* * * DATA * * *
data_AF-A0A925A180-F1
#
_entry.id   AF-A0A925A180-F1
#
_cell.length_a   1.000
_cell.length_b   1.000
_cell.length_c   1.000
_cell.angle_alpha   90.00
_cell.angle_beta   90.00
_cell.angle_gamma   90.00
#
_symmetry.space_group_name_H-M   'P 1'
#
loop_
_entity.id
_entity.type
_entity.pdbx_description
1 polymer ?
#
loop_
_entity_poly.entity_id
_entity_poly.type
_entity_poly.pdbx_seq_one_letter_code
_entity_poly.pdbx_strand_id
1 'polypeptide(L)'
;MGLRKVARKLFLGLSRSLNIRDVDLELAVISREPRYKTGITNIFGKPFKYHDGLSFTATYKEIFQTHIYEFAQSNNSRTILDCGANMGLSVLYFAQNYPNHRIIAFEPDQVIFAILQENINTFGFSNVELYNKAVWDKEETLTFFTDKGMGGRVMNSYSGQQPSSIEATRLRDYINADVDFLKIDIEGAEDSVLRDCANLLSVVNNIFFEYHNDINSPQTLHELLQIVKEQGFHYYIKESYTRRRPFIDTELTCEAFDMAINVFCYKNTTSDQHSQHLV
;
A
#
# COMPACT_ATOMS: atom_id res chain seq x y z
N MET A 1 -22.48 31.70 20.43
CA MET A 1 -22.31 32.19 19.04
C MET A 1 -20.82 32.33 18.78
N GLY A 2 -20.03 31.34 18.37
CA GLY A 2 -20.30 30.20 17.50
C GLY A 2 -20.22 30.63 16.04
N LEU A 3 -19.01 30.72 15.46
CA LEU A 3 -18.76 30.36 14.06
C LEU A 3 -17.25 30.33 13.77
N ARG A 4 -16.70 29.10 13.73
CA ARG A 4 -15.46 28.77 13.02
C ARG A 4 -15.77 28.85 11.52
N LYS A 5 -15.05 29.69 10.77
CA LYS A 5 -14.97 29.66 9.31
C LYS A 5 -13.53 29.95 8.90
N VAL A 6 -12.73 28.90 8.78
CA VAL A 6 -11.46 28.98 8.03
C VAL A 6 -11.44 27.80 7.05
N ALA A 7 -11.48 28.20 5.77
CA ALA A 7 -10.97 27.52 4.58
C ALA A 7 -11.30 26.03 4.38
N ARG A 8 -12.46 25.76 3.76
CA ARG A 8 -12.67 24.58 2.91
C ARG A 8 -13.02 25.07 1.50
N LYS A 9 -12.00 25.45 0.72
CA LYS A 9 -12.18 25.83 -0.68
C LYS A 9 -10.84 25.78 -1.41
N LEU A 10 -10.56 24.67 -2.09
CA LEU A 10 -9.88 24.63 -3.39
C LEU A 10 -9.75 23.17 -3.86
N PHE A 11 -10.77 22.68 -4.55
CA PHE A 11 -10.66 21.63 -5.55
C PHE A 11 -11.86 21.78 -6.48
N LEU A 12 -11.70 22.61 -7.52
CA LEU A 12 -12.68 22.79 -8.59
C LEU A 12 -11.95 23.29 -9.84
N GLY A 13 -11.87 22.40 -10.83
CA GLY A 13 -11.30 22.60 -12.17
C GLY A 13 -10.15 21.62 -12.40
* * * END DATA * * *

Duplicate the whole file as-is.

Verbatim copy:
data_AF-A0A925A180-F1
#
_entry.id   AF-A0A925A180-F1
#
_cell.length_a   1.000
_cell.length_b   1.000
_cell.length_c   1.000
_cell.angle_alpha   90.00
_cell.angle_beta   90.00
_cell.angle_gamma   90.00
#
_symmetry.space_group_name_H-M   'P 1'
#
loop_
_entity.id
_entity.type
_entity.pdbx_description
1 polymer ?
#
loop_
_entity_poly.entity_id
_entity_poly.type
_entity_poly.pdbx_seq_one_letter_code
_entity_poly.pdbx_strand_id
1 'polypeptide(L)'
;MGLRKVARKLFLGLSRSLNIRDVDLELAVISREPRYKTGITNIFGKPFKYHDGLSFTATYKEIFQTHIYEFAQSNNSRTILDCGANMGLSVLYFAQNYPNHRIIAFEPDQVIFAILQENINTFGFSNVELYNKAVWDKEETLTFFTDKGMGGRVMNSYSGQQPSSIEATRLRDYINADVDFLKIDIEGAEDSVLRDCANLLSVVNNIFFEYHNDINSPQTLHELLQIVKEQGFHYYIKESYTRRRPFIDTELTCEAFDMAINVFCYKNTTSDQHSQHLV
;
A
#
# COMPACT_ATOMS: atom_id res chain seq x y z
N MET A 1 -22.48 31.70 20.43
CA MET A 1 -22.31 32.19 19.04
C MET A 1 -20.82 32.33 18.78
N GLY A 2 -20.03 31.34 18.37
CA GLY A 2 -20.30 30.20 17.50
C GLY A 2 -20.22 30.63 16.04
N LEU A 3 -19.01 30.72 15.46
CA LEU A 3 -18.76 30.36 14.06
C LEU A 3 -17.25 30.33 13.77
N ARG A 4 -16.70 29.10 13.73
CA ARG A 4 -15.46 28.77 13.02
C ARG A 4 -15.77 28.85 11.52
N LYS A 5 -15.05 29.69 10.77
CA LYS A 5 -14.97 29.66 9.31
C LYS A 5 -13.53 29.95 8.90
N VAL A 6 -12.73 28.90 8.78
CA VAL A 6 -11.46 28.98 8.03
C VAL A 6 -11.44 27.80 7.05
N ALA A 7 -11.48 28.20 5.77
CA ALA A 7 -10.97 27.52 4.58
C ALA A 7 -11.30 26.03 4.38
N ARG A 8 -12.46 25.76 3.76
CA ARG A 8 -12.67 24.58 2.91
C ARG A 8 -13.02 25.07 1.50
N LYS A 9 -12.00 25.45 0.72
CA LYS A 9 -12.18 25.83 -0.68
C LYS A 9 -10.84 25.78 -1.41
N LEU A 10 -10.56 24.67 -2.09
CA LEU A 10 -9.88 24.63 -3.39
C LEU A 10 -9.75 23.17 -3.86
N PHE A 11 -10.77 22.68 -4.55
CA PHE A 11 -10.66 21.63 -5.55
C PHE A 11 -11.86 21.78 -6.48
N LEU A 12 -11.70 22.61 -7.52
CA LEU A 12 -12.68 22.79 -8.59
C LEU A 12 -11.95 23.29 -9.84
N GLY A 13 -11.87 22.40 -10.83
CA GLY A 13 -11.30 22.60 -12.17
C GLY A 13 -10.15 21.62 -12.40